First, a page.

Five months and more than $1.5 million later, renovations were completed just in time for a Christmas party—a shindig with 140 family and friends. “It was an amazing feeling to have our new house filled with loved ones,” says Paul. Since then, they’ve decided to downsize. Their renovated five-bed, five-bath Victorian is listed for $4,850,000.

The foyer

Before: The 131-year-old main-floor staircase was one of the few salvageable original interior elements.

After: Robert and Paul spruced up the staircases with imported Spanish wool carpeting.

The powder room

Before: This was the main-floor bathroom, which Paul and Robert turned into a powder room.

After: Paul and Robert went for the “wow factor” with a butterfly wallpaper design by Christian Lacroix. They also reconfigured the layout, making it slightly smaller and more like a powder room.

The dining room

Before: The dining room used to be a bedroom.

After: They ditched the closet and installed beams to support the roof and create an open-concept layout, connecting the dining room and hallway. They also added glass panels to the railing beside the staircase.

The living room

Before: The flooring had to go, but otherwise the living room was in better shape than the rest of the home.

After: They managed to preserve the original window mouldings. The wood-burning fireplace was replaced with a gas insert and a black marble mantel.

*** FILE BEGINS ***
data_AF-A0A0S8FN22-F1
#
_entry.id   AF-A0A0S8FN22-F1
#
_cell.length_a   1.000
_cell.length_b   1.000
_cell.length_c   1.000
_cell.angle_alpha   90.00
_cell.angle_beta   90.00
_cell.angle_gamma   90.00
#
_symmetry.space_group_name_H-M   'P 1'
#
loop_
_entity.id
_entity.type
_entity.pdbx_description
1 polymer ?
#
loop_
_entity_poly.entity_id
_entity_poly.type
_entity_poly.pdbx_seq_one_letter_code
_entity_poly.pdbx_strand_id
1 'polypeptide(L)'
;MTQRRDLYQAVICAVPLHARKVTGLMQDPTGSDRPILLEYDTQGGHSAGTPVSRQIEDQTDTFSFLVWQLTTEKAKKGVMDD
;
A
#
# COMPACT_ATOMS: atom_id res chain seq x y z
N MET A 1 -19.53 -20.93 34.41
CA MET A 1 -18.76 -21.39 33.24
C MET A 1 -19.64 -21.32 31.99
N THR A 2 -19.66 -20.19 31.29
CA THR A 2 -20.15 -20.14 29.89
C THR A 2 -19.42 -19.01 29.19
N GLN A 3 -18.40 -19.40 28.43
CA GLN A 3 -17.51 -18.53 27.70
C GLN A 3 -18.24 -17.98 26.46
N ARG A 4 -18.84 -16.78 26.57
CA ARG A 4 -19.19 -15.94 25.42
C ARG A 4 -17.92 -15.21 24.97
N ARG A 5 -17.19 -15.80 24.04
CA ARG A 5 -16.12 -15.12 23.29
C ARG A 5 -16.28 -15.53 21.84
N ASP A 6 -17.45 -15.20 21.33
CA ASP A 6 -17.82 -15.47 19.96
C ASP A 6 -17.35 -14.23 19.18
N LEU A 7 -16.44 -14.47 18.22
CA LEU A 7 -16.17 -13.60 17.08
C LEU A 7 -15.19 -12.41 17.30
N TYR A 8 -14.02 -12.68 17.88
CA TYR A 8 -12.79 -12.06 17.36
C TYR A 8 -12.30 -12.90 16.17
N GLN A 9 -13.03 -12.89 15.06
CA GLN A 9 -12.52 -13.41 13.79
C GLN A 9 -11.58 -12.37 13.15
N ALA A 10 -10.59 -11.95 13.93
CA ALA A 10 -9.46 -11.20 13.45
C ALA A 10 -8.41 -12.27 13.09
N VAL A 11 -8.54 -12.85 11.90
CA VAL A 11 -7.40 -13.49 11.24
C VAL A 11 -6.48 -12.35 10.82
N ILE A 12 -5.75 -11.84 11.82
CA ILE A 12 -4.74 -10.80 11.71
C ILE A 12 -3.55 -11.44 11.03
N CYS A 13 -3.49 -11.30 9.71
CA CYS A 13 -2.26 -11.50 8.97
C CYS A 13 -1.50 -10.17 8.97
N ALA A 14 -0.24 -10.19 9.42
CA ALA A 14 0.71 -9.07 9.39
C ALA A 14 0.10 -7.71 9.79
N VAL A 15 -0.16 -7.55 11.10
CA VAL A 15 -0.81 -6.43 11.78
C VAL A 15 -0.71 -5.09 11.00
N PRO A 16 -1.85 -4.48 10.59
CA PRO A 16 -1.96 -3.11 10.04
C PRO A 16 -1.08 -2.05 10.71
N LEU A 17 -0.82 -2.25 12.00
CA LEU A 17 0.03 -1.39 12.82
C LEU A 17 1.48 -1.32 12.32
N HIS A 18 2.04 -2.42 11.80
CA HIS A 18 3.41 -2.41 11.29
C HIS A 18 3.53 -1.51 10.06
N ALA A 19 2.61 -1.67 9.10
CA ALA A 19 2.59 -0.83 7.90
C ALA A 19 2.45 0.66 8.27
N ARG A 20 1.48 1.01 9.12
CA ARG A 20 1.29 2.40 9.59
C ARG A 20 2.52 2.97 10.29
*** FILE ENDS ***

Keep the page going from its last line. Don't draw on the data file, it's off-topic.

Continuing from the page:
The kitchen

Before: When Paul and Robert bought the place, the main-floor kitchen didn’t have cupboard doors or a ceiling.

After: They updated the space with new cabinetry from AyA Kitchens, along with windows from Loewen.

The master bedroom

Before: The doorway into the master bedroom was off-centre and the interior needed a splash of personality.

After: They centred and expanded the entrance with double-entry doors and added crown moulding throughout. Since they’re both early risers, they also added a thin layer of sound reduction installation in the walls and ceiling.

The master bathroom

Before: Robert and Paul thought the master bathroom was “ugly,” among other problems. It was too small, the window was tiny and they knew everything had to be replaced.

After: All five bathrooms were overhauled. The enlarged master ensuite now includes a glass shower, a TV over the vanity sink and a bigger window.

The attic

Before: Robert and Paul discovered structural issues in the back of the attic after removing the drywall.

After: They reinforced the attic’s structural supports, then removed a dingy fire escape and installed two skylights.

The basement

Before: Robert and Paul could smell mould the moment they stepped into the basement.

After: They tore out the flooring and the 1970s-era wood panelling and completely waterproofed the lower level, which they now use as a spot to hang out.

The backyard

Before: Since their Cabbagetown home didn’t have a yard, Paul and Robert wanted to use this outdoor space for barbecues and parties.

After: They removed the reinforced concrete to add a touch of plant life, then installed an outdoor fireplace and stone patio.

Do you have an interesting reno story? We’d love to hear about it.